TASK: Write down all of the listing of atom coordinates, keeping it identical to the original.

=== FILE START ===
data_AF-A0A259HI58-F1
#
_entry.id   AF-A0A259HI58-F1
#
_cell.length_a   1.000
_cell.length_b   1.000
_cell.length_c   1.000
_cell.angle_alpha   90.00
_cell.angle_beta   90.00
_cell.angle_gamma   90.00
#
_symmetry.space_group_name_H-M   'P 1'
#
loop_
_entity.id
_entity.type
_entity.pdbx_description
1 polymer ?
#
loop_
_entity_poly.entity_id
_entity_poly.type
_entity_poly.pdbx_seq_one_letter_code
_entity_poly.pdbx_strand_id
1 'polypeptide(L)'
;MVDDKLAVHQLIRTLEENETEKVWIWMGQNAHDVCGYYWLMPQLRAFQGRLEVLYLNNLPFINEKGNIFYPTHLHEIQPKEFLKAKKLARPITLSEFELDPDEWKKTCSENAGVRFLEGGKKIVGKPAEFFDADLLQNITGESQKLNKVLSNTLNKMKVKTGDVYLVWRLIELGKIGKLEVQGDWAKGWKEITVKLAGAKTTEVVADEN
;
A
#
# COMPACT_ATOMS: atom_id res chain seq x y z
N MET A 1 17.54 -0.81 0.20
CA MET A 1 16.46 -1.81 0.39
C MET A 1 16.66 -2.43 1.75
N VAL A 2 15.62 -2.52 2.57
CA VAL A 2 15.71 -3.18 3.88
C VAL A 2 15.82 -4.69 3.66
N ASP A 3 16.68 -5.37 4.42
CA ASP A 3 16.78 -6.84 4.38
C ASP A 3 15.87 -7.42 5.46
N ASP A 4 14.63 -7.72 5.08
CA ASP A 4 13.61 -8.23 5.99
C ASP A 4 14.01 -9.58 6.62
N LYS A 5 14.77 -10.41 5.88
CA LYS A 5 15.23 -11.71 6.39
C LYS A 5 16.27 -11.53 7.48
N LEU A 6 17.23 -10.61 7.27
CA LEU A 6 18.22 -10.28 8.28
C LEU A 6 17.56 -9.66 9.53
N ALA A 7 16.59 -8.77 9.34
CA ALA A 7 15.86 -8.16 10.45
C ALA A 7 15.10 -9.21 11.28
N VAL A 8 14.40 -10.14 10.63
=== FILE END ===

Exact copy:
data_AF-A0A259HI58-F1
#
_entry.id   AF-A0A259HI58-F1
#
_cell.length_a   1.000
_cell.length_b   1.000
_cell.length_c   1.000
_cell.angle_alpha   90.00
_cell.angle_beta   90.00
_cell.angle_gamma   90.00
#
_symmetry.space_group_name_H-M   'P 1'
#
loop_
_entity.id
_entity.type
_entity.pdbx_description
1 polymer ?
#
loop_
_entity_poly.entity_id
_entity_poly.type
_entity_poly.pdbx_seq_one_letter_code
_entity_poly.pdbx_strand_id
1 'polypeptide(L)'
;MVDDKLAVHQLIRTLEENETEKVWIWMGQNAHDVCGYYWLMPQLRAFQGRLEVLYLNNLPFINEKGNIFYPTHLHEIQPKEFLKAKKLARPITLSEFELDPDEWKKTCSENAGVRFLEGGKKIVGKPAEFFDADLLQNITGESQKLNKVLSNTLNKMKVKTGDVYLVWRLIELGKIGKLEVQGDWAKGWKEITVKLAGAKTTEVVADEN
;
A
#
# COMPACT_ATOMS: atom_id res chain seq x y z
N MET A 1 17.54 -0.81 0.20
CA MET A 1 16.46 -1.81 0.39
C MET A 1 16.66 -2.43 1.75
N VAL A 2 15.62 -2.52 2.57
CA VAL A 2 15.71 -3.18 3.88
C VAL A 2 15.82 -4.69 3.66
N ASP A 3 16.68 -5.37 4.42
CA ASP A 3 16.78 -6.84 4.38
C ASP A 3 15.87 -7.42 5.46
N ASP A 4 14.63 -7.72 5.08
CA ASP A 4 13.61 -8.23 5.99
C ASP A 4 14.01 -9.58 6.62
N LYS A 5 14.77 -10.41 5.88
CA LYS A 5 15.23 -11.71 6.39
C LYS A 5 16.27 -11.53 7.48
N LEU A 6 17.23 -10.61 7.27
CA LEU A 6 18.22 -10.28 8.28
C LEU A 6 17.56 -9.66 9.53
N ALA A 7 16.59 -8.77 9.34
CA ALA A 7 15.86 -8.16 10.45
C ALA A 7 15.10 -9.21 11.28
N VAL A 8 14.40 -10.14 10.63